Historically, a vast kelp forest teeming with life stretched along the Sussex coast, providing a highly productive and biodiverse habitat for marine life.
Kelp forests once stretched 40 kilometres along the Sussex coastline, creating one of the most productive and biodiverse environments on the planet. Kelp forests provide shelter, feeding and nursery grounds for many marine species including cuttlefish, lobster, seabream and bass. Kelp also has the potential to store carbon, aiding in the fight against climate change, while improving water quality and reducing coastal erosion by absorbing the power of ocean waves.
Since 1987 however, over 96 per cent of Sussex’s kelp had been destroyed due to years of destructive trawling and other human pressures.
To reverse this decline, the Sussex Inshore Fisheries and Conservation Authority proposed a byelaw prohibiting trawling of over 300 square kilometres of seabed in 2019 with the aim for recovery of the lost kelp forest and protection of essential fish habitats and fish populations. Blue Marine worked with the Sussex Wildlife Trust, Marine Conservation Society and Big Wave Media as part of the Help our Kelp campaign to support the byelaw gaining overwhelming public support from almost 2,500 people.
In March 2021 the Nearshore Trawling Byelaw 2019 was approved creating one of the largest inshore areas closed to trawling in England and the first kelp restoration project in the UK. Sir David Attenborough lent his support in the early stages providing a voice over for the campaign film and welcomed the byelaw as a “landmark decision for the management of the UK’s coastal waters”.
Following introduction of the Byelaw, Blue Marine helped establish the Sussex Kelp Recovery Project – an ambitious collective of conservation and government organisations, scientists and communities. Together we are undertaking pioneering research to monitor the kelp’s return and the benefits it provides for people, nature and climate.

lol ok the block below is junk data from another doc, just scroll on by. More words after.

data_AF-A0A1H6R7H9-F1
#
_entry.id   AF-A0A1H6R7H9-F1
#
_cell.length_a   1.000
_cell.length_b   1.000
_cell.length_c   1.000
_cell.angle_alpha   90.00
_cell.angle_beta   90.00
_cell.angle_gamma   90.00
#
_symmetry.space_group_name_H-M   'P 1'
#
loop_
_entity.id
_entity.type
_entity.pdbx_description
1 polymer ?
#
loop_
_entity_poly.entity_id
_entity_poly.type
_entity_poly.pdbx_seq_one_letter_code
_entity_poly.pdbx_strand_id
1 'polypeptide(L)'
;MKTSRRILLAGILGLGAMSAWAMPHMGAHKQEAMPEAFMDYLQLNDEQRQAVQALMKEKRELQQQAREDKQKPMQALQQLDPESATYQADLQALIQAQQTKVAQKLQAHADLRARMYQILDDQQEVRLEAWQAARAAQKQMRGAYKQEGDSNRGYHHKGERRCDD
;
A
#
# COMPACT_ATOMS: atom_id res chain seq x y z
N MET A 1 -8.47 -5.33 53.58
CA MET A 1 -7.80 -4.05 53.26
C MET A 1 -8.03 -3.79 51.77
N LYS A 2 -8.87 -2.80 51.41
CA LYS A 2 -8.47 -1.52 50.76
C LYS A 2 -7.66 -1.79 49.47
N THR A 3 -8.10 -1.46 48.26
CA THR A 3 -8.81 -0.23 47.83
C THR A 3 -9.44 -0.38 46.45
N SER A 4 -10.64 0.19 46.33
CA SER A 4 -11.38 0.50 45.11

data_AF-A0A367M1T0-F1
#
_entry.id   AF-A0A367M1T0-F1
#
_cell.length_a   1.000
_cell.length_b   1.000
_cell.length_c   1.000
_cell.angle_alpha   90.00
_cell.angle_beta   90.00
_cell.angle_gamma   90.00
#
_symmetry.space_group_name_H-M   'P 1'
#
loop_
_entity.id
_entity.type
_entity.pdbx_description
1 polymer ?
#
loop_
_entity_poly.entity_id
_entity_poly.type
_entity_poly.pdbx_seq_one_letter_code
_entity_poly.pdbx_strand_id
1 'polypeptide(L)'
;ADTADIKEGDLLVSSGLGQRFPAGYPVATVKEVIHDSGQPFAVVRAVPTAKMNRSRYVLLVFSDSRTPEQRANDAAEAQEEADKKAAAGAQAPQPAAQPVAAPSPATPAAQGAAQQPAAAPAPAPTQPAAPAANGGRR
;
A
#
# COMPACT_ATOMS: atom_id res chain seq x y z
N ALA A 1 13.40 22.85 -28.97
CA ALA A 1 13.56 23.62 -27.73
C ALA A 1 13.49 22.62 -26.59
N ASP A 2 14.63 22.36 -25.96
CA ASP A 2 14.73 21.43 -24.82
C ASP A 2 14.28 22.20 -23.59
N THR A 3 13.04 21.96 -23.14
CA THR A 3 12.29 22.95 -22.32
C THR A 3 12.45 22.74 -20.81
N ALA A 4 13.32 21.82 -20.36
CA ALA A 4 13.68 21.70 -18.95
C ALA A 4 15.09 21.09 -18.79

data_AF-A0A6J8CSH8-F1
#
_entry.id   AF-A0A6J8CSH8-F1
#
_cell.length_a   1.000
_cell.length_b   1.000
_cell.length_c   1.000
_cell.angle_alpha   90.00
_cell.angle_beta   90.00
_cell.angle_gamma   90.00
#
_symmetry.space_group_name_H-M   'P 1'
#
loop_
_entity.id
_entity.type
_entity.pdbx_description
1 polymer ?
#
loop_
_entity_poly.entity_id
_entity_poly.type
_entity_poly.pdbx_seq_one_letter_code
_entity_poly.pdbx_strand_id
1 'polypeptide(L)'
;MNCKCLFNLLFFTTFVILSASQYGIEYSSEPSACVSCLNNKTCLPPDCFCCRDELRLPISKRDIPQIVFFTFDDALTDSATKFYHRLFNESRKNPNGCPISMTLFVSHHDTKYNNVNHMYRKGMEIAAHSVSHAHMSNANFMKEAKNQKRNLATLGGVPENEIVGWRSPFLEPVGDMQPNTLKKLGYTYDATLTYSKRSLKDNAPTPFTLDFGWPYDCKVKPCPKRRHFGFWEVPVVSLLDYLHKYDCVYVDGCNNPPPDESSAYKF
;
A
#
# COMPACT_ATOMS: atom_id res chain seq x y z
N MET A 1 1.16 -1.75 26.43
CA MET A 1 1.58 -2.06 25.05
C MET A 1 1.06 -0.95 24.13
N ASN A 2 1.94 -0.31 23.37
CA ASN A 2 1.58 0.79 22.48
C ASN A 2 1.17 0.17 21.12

Just two years after the trawling ban, a story of hope is emerging with pockets of kelp and fish, not seen in years, reported across the area. The Sussex Kelp Recovery Project Progress and Impact Report 2021-2022 summarises the Sussex kelp recovery journey so far and how a collective effort is literally putting kelp back on the map.
Blue Marine supports an extensive research programme to monitor the impacts and benefits of excluding trawling for wildlife and inshore fisheries. Our research includes Baited Remote Underwater Video surveys to monitor mobile benthic species, studies of crab and lobster populations and socio-economic surveys with fishermen.
Despite the removal of trawling as an immediate barrier to kelp recovery, other factors persist. Sediment from land run-off and dredge spoil disposal is a major concern as high sediment levels reduce light needed to support kelp growth and smothers juvenile kelp as well as commercially important crustacean species. Blue Marine led the first Sussex Sediment Sources and Impacts Workshop in 2021 to gather evidence and catalyse action amongst a wide range of stakeholders. We are now compiling information and evidence to identify the key sources of sediment and actions needed to reduce inputs including a Sussex Sediment Sea Users Survey and commissioning a report on Sussex Sediment Sources and Pathways.
Blue Marine is engaging with local fishing communities along the Sussex coast to help low-impact fisheries thrive following the trawling exclusion. Local fishermen and councillors in Bognor have launched a fisheries renaissance to bring fishing back to the town – watch the start of their journey to bring Bognor Fishing Back from the Brink.
Watch the Help Our Kelp campaign film narrated by Sir David Attenborough here:
Image credits: Andy Jackson and Big Wave TV
Watch Sussex Kelp Recovery Project vision for nature recovery here:
96 per cent of Sussex Kelp has disappeared since 1987
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